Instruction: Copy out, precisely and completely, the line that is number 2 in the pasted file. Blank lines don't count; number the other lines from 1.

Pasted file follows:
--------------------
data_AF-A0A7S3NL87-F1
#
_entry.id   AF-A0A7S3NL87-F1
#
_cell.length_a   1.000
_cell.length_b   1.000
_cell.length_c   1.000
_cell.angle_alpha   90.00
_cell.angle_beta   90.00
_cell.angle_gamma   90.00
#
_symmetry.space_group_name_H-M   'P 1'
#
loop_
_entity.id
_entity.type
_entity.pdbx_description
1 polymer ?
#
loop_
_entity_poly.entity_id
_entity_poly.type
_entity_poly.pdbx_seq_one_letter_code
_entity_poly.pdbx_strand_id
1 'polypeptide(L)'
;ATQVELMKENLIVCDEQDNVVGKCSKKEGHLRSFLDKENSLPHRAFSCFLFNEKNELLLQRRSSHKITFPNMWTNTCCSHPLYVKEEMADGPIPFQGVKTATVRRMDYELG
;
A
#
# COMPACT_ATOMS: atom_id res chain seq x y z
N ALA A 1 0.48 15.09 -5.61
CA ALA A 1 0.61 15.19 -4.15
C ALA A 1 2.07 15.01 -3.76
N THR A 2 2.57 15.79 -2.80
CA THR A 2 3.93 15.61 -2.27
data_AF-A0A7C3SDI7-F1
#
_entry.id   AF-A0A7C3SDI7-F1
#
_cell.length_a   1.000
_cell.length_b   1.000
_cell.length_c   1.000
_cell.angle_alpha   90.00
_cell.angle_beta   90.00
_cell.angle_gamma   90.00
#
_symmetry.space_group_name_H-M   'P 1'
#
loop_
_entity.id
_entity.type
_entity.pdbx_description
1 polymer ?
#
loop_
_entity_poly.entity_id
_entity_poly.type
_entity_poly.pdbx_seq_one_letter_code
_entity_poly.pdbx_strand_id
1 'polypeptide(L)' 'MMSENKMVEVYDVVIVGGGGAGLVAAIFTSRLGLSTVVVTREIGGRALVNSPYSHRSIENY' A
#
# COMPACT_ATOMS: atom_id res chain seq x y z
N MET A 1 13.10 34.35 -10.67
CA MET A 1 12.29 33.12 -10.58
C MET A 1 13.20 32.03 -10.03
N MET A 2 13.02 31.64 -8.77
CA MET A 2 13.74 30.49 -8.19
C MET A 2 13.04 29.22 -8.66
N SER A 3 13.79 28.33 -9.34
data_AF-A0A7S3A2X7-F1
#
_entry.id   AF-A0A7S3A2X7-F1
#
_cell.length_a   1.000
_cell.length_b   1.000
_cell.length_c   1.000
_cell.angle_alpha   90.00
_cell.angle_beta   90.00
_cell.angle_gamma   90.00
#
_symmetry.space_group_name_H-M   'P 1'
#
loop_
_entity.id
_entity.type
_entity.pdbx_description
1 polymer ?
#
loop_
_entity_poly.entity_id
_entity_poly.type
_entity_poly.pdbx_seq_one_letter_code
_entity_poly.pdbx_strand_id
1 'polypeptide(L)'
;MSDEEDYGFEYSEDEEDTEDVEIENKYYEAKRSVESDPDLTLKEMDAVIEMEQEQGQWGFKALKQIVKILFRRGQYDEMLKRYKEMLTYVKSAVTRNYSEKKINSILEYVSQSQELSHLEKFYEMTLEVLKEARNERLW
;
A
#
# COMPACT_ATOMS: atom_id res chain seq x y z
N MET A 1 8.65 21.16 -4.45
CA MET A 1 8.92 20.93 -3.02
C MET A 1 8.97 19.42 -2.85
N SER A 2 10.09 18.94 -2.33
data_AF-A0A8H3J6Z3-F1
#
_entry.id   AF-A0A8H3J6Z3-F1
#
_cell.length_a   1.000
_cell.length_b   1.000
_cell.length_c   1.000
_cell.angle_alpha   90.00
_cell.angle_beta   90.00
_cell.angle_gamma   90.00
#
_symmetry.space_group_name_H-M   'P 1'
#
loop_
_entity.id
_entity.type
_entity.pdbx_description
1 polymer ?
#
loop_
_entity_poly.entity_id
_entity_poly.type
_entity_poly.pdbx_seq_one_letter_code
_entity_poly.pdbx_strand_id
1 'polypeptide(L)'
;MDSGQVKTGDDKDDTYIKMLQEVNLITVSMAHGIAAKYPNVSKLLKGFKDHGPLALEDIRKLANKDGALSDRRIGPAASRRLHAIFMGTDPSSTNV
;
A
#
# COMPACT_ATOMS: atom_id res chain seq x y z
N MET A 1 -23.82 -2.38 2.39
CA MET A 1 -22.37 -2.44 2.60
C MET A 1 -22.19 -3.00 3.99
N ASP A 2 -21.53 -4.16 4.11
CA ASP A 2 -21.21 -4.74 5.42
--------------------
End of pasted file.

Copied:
#